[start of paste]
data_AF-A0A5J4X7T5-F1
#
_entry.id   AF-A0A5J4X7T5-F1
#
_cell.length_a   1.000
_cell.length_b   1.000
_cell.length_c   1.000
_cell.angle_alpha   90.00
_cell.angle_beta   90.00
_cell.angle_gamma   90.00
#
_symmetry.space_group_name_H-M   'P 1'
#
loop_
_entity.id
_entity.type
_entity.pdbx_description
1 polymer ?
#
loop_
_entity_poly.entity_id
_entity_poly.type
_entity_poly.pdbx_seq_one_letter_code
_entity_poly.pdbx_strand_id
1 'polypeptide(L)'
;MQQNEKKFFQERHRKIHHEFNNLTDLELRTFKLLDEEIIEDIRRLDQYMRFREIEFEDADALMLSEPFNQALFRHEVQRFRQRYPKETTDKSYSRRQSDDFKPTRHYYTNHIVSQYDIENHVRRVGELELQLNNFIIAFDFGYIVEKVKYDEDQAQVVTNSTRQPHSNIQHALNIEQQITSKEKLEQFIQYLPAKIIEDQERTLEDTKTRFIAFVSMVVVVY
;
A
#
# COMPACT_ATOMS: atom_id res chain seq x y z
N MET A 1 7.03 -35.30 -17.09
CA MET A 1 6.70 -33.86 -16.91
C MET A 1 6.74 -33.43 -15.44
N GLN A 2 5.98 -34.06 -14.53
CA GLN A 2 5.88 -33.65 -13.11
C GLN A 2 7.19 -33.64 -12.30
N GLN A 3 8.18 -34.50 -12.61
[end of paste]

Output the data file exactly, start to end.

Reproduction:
data_AF-A0A5J4X7T5-F1
#
_entry.id   AF-A0A5J4X7T5-F1
#
_cell.length_a   1.000
_cell.length_b   1.000
_cell.length_c   1.000
_cell.angle_alpha   90.00
_cell.angle_beta   90.00
_cell.angle_gamma   90.00
#
_symmetry.space_group_name_H-M   'P 1'
#
loop_
_entity.id
_entity.type
_entity.pdbx_description
1 polymer ?
#
loop_
_entity_poly.entity_id
_entity_poly.type
_entity_poly.pdbx_seq_one_letter_code
_entity_poly.pdbx_strand_id
1 'polypeptide(L)'
;MQQNEKKFFQERHRKIHHEFNNLTDLELRTFKLLDEEIIEDIRRLDQYMRFREIEFEDADALMLSEPFNQALFRHEVQRFRQRYPKETTDKSYSRRQSDDFKPTRHYYTNHIVSQYDIENHVRRVGELELQLNNFIIAFDFGYIVEKVKYDEDQAQVVTNSTRQPHSNIQHALNIEQQITSKEKLEQFIQYLPAKIIEDQERTLEDTKTRFIAFVSMVVVVY
;
A
#
# COMPACT_ATOMS: atom_id res chain seq x y z
N MET A 1 7.03 -35.30 -17.09
CA MET A 1 6.70 -33.86 -16.91
C MET A 1 6.74 -33.43 -15.44
N GLN A 2 5.98 -34.06 -14.53
CA GLN A 2 5.88 -33.65 -13.11
C GLN A 2 7.19 -33.64 -12.30
N GLN A 3 8.18 -34.50 -12.61